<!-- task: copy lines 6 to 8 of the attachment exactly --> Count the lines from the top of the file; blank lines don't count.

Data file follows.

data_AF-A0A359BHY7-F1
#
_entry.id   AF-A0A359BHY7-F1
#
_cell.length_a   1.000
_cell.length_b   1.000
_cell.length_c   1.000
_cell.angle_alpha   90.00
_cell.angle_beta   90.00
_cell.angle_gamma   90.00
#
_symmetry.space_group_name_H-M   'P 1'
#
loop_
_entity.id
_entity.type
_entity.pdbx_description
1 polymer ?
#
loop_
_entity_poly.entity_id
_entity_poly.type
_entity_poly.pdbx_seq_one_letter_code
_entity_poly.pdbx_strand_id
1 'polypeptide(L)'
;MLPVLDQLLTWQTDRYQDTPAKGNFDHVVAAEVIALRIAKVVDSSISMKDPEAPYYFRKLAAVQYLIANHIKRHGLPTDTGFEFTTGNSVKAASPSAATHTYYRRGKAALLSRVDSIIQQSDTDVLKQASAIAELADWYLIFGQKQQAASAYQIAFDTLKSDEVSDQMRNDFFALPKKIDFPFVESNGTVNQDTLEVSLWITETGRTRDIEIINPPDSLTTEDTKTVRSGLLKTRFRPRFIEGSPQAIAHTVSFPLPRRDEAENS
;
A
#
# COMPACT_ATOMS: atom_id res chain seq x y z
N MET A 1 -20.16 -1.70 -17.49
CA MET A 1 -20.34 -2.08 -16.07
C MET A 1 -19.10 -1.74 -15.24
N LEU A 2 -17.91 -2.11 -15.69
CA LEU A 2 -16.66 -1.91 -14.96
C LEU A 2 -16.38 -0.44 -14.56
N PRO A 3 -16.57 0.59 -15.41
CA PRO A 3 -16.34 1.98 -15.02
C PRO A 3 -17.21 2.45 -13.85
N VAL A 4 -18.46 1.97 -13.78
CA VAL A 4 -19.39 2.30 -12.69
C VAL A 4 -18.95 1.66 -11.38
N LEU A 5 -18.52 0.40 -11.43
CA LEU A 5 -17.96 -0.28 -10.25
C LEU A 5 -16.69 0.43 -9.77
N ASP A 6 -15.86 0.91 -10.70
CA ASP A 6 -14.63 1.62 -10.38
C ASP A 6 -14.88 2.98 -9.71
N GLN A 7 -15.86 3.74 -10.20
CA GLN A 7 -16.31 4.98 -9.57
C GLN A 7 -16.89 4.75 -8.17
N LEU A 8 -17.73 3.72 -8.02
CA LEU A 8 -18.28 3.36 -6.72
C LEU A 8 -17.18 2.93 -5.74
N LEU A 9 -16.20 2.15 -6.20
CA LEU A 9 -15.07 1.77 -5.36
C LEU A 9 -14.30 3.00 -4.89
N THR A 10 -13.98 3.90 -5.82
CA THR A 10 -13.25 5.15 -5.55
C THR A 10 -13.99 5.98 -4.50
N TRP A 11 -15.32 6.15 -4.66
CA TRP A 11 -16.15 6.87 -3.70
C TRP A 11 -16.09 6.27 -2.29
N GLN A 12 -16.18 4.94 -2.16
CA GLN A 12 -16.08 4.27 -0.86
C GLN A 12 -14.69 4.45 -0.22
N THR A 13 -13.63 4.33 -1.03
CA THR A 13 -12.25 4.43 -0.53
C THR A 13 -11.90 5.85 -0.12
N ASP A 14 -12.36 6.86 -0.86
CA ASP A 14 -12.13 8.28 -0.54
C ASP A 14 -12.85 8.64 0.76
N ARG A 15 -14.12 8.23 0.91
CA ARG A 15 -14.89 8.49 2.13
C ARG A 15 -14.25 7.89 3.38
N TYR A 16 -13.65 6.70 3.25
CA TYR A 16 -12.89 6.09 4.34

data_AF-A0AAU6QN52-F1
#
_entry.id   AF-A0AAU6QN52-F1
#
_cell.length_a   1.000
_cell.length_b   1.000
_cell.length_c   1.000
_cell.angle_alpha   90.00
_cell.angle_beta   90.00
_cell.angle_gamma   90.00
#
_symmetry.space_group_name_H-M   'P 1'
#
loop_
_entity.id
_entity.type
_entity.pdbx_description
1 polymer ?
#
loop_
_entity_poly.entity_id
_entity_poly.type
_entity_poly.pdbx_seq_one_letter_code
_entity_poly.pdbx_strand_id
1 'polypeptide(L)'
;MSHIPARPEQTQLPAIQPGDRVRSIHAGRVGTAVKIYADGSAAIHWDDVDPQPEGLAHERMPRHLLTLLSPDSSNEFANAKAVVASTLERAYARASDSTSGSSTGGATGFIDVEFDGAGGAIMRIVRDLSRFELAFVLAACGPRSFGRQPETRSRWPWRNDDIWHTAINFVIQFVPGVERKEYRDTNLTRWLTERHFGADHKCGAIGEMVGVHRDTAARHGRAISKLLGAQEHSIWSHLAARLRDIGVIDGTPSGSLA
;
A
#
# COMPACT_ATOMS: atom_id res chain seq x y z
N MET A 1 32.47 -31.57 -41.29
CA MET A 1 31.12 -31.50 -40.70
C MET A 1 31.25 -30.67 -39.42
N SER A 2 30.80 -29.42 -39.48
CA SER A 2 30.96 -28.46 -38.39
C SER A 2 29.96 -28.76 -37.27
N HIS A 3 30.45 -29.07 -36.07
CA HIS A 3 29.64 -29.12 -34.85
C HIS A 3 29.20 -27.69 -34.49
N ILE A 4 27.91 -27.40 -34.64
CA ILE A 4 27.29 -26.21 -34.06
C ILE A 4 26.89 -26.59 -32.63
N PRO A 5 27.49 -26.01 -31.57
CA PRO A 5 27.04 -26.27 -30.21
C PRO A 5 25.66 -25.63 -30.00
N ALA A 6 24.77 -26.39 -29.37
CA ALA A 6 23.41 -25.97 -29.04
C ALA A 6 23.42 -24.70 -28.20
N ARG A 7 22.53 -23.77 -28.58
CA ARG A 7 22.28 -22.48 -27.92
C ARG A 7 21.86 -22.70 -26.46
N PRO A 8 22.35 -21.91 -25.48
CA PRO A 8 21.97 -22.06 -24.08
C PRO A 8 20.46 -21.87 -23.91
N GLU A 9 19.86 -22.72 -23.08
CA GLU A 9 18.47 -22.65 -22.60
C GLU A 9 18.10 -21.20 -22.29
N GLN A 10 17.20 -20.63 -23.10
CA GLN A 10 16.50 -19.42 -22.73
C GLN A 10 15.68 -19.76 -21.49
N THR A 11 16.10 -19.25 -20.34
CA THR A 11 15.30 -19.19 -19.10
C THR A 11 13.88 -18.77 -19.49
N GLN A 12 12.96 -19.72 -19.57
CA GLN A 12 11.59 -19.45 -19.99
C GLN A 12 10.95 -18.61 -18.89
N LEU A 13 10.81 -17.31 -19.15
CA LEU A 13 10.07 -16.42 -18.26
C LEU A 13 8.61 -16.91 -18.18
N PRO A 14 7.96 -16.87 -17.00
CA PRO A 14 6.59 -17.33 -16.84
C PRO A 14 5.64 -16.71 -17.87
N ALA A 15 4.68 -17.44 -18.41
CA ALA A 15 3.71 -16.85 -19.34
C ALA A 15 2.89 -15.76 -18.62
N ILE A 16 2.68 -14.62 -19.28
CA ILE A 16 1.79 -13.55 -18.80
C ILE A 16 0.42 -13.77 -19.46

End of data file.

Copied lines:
_cell.length_b   1.000
_cell.length_c   1.000
_cell.angle_alpha   90.00